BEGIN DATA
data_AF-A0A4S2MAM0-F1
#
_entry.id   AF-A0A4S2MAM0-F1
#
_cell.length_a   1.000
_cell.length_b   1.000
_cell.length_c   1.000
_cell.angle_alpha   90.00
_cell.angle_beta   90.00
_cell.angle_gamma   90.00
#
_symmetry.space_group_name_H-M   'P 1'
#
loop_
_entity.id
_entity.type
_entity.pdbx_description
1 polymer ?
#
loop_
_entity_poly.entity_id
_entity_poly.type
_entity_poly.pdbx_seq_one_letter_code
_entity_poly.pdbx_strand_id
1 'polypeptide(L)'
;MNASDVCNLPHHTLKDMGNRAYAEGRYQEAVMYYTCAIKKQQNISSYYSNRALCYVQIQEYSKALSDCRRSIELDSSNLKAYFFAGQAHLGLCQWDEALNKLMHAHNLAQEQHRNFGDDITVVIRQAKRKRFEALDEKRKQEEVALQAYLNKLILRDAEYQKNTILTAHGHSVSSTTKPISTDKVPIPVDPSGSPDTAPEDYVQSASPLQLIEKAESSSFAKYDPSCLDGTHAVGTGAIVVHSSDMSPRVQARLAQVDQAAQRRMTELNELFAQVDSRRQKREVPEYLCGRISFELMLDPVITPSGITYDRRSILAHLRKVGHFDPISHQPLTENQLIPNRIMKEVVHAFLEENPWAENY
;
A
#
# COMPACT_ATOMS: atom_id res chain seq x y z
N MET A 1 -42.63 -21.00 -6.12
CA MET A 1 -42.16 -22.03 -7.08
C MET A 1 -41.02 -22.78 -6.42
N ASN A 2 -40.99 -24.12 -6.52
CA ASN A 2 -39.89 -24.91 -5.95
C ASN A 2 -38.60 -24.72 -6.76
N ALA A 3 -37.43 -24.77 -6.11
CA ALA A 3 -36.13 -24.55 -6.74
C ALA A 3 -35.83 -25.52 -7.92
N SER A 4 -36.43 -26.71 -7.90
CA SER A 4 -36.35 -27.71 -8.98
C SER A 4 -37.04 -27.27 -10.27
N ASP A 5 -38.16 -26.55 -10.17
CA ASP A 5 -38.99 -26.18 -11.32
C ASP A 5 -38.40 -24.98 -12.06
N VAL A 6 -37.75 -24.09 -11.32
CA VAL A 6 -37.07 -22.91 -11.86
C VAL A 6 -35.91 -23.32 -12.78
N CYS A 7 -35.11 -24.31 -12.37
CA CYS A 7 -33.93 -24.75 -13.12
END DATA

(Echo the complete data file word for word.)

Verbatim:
data_AF-A0A4S2MAM0-F1
#
_entry.id   AF-A0A4S2MAM0-F1
#
_cell.length_a   1.000
_cell.length_b   1.000
_cell.length_c   1.000
_cell.angle_alpha   90.00
_cell.angle_beta   90.00
_cell.angle_gamma   90.00
#
_symmetry.space_group_name_H-M   'P 1'
#
loop_
_entity.id
_entity.type
_entity.pdbx_description
1 polymer ?
#
loop_
_entity_poly.entity_id
_entity_poly.type
_entity_poly.pdbx_seq_one_letter_code
_entity_poly.pdbx_strand_id
1 'polypeptide(L)'
;MNASDVCNLPHHTLKDMGNRAYAEGRYQEAVMYYTCAIKKQQNISSYYSNRALCYVQIQEYSKALSDCRRSIELDSSNLKAYFFAGQAHLGLCQWDEALNKLMHAHNLAQEQHRNFGDDITVVIRQAKRKRFEALDEKRKQEEVALQAYLNKLILRDAEYQKNTILTAHGHSVSSTTKPISTDKVPIPVDPSGSPDTAPEDYVQSASPLQLIEKAESSSFAKYDPSCLDGTHAVGTGAIVVHSSDMSPRVQARLAQVDQAAQRRMTELNELFAQVDSRRQKREVPEYLCGRISFELMLDPVITPSGITYDRRSILAHLRKVGHFDPISHQPLTENQLIPNRIMKEVVHAFLEENPWAENY
;
A
#
# COMPACT_ATOMS: atom_id res chain seq x y z
N MET A 1 -42.63 -21.00 -6.12
CA MET A 1 -42.16 -22.03 -7.08
C MET A 1 -41.02 -22.78 -6.42
N ASN A 2 -40.99 -24.12 -6.52
CA ASN A 2 -39.89 -24.91 -5.95
C ASN A 2 -38.60 -24.72 -6.76
N ALA A 3 -37.43 -24.77 -6.11
CA ALA A 3 -36.13 -24.55 -6.74
C ALA A 3 -35.83 -25.52 -7.92
N SER A 4 -36.43 -26.71 -7.90
CA SER A 4 -36.35 -27.71 -8.98
C SER A 4 -37.04 -27.27 -10.27
N ASP A 5 -38.16 -26.55 -10.17
CA ASP A 5 -38.99 -26.18 -11.32
C ASP A 5 -38.40 -24.98 -12.06
N VAL A 6 -37.75 -24.09 -11.32
CA VAL A 6 -37.07 -22.91 -11.86
C VAL A 6 -35.91 -23.32 -12.78
N CYS A 7 -35.11 -24.31 -12.37
CA CYS A 7 -33.93 -24.75 -13.12